Alkaline vs NiMH and Other Battery types
A Comparisons between Alkaline, Nickel Cadmium, and Nickel Metal Hydride Batteries
Alkaline battery is ancient technology but still people use them, packs are still sold and some gadgets need specifically alkaline batteries. Alkaline batteries are not rechargeable – well, at least they say it’s not, but actually you can but you need some special equipment i.e. there is no commercial alkaline recharger. Hobbyists, photographers and a lot of people switched to rechargeable NiCd then to NiMH when they hit the market. The main reason is because they can be recharged. You only have to pay once and you can use a pack over and over again.
So what’s in Alkaline Batteries that made them survive the market? What is in them that makes them good for some applications?
All technology has its advantages and also disadvantages. The Sole disadvantage of Alkaline is that they cannot be recharged (that’s what the manufacturer says but that’s not what I think) and they have a lower charged density which is approximately 1500mAh. Nickel cadmiums are around 1000mAh or less and Nickel Metal Hydride cells are 2000mAh above and sometimes reach 4800mAh.
Now that we are through the disadvantages here are the advantages:
Reliability. Alkaline batteries can hold charges for up to 5 years. They do not suffer from what we call self discharge which are very prominent in rechargeable batteries, even Lithium-ion batteries. Because of this Alkaline batteries are best for low current electronics like clocks, watches, calculators, smoke detectors and others. The tendency of rechargeable batteries when used here is that they would lose charge more due to self-discharge that through the load of the electronic unit.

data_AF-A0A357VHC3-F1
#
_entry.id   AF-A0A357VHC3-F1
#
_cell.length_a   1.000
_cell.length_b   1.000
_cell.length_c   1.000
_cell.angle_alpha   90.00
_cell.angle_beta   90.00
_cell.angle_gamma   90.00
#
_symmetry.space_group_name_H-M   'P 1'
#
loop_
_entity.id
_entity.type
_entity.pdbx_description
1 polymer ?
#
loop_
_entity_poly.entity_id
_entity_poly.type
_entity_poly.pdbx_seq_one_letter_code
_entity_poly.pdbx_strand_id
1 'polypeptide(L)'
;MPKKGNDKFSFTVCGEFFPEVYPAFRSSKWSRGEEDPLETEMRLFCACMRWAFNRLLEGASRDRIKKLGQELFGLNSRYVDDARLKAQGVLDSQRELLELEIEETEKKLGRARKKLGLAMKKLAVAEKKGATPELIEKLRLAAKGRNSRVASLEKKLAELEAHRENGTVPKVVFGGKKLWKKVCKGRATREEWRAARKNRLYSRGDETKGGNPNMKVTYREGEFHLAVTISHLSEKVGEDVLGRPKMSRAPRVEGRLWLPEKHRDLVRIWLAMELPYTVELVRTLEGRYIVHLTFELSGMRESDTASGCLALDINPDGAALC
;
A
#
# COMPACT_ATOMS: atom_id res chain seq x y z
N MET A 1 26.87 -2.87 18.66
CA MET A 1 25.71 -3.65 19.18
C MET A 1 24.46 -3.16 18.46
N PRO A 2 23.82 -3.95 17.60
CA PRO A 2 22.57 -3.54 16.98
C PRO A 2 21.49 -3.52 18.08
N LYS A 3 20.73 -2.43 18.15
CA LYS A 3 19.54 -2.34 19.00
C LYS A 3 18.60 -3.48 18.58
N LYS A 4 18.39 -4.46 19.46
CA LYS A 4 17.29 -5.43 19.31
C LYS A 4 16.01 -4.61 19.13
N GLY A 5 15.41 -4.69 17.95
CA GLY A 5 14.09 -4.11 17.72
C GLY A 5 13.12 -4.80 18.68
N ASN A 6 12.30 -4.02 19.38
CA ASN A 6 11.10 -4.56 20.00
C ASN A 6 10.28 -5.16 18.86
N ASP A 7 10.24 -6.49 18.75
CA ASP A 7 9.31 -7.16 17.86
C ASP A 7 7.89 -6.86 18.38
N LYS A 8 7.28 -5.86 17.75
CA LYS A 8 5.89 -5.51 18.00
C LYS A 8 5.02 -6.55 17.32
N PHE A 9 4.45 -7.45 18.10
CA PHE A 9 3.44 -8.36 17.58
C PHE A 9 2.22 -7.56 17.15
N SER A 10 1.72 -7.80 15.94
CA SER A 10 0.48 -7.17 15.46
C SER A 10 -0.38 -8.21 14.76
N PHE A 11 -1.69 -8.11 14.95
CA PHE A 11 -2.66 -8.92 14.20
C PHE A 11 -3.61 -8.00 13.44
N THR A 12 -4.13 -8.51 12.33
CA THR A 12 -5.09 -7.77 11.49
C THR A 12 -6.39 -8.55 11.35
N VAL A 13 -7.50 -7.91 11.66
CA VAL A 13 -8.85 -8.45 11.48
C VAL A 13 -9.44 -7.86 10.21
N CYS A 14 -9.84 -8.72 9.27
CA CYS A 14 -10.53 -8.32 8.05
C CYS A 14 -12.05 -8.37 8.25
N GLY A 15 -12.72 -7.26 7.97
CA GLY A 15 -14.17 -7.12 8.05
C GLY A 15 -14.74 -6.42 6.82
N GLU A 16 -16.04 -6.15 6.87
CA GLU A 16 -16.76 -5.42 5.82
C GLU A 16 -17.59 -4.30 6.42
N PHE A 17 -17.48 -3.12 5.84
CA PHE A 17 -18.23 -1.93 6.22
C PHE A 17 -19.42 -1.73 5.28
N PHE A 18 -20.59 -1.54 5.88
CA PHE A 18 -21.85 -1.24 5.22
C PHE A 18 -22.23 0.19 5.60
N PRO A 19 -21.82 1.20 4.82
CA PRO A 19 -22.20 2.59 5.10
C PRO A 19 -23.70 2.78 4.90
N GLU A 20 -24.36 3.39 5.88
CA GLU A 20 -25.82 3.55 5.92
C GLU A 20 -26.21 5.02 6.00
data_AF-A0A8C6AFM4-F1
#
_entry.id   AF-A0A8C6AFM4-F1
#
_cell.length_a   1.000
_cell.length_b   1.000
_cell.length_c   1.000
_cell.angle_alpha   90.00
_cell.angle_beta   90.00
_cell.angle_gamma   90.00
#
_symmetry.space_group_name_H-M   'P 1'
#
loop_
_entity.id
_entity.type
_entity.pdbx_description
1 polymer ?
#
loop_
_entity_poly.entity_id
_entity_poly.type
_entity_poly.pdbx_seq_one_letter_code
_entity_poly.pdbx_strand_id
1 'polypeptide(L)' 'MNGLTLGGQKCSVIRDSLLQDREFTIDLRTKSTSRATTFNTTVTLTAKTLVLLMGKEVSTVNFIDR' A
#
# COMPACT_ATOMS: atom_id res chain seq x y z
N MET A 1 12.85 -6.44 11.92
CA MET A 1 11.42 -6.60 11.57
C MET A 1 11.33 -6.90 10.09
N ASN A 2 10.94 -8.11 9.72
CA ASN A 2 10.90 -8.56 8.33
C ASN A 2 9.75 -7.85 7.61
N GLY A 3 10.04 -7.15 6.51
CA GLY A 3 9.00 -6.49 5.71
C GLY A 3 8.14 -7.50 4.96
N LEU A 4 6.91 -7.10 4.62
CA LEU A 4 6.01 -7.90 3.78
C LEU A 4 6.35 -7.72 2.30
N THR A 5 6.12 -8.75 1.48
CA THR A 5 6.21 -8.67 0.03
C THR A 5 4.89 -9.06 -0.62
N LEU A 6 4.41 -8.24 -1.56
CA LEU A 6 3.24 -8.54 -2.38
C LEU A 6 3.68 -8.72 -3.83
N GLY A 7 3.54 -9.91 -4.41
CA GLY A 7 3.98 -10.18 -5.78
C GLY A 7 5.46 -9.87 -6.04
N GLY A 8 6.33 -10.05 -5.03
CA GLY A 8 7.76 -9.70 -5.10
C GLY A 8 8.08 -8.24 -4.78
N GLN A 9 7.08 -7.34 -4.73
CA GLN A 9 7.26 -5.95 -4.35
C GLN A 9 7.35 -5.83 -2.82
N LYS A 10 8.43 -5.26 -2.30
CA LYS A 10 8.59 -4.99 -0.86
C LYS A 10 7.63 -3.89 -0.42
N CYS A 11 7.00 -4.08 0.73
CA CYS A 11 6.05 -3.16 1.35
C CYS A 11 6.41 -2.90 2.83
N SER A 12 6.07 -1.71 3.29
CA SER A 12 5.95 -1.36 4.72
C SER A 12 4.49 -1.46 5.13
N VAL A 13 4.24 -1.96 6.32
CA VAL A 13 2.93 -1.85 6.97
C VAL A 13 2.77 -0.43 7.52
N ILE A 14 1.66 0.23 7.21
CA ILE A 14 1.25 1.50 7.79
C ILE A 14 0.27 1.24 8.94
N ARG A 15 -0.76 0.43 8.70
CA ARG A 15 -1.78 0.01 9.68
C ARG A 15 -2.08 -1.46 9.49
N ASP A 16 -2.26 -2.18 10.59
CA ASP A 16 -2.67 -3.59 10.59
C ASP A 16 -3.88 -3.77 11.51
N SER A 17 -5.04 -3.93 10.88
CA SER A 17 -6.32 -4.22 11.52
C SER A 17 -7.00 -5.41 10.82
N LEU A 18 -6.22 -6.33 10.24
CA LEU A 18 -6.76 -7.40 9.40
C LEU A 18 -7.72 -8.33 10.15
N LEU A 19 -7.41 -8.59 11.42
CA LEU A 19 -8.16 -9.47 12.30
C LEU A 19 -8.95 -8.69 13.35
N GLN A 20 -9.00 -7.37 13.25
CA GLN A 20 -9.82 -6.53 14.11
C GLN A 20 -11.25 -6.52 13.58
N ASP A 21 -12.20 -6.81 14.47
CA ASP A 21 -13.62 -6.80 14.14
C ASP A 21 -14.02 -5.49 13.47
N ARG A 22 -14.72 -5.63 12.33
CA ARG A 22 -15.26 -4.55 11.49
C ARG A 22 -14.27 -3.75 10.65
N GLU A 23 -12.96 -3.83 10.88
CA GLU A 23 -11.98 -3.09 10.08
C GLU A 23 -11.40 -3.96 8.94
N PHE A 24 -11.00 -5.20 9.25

Higher Voltage Output. Alkaline batteries give 1.5v per cell. Nickel based Batteries give only 1.2v. Not much of a difference? Usually batteries are used in pairs in series. So a pair in series will be: Alkaline at 3 volts and Nickel based cells at 2.4 volts. Now that’s big difference. Some gadgets won’t work with nickel based cells because of this. In film photography, photographers prefer using alkaline batteries in their flashes since it refreshes the flash faster than rechargeable batteries.
These two advantages keep alkaline batteries in the market. And they still will be for a long time. However they are threatened to extinction because of the newer Lithium Batteries. They are a non-rechargeable type of cells that uses pure lithium (not to be confused with lithium-ions). They give 1.5 volts per cell and have greater charge density. It may be around 5000mAh or more.
About recharging alkaline batteries – it is possible. The methods or process or variables are different between manufacturers of the cell. Read my article here for the instructions: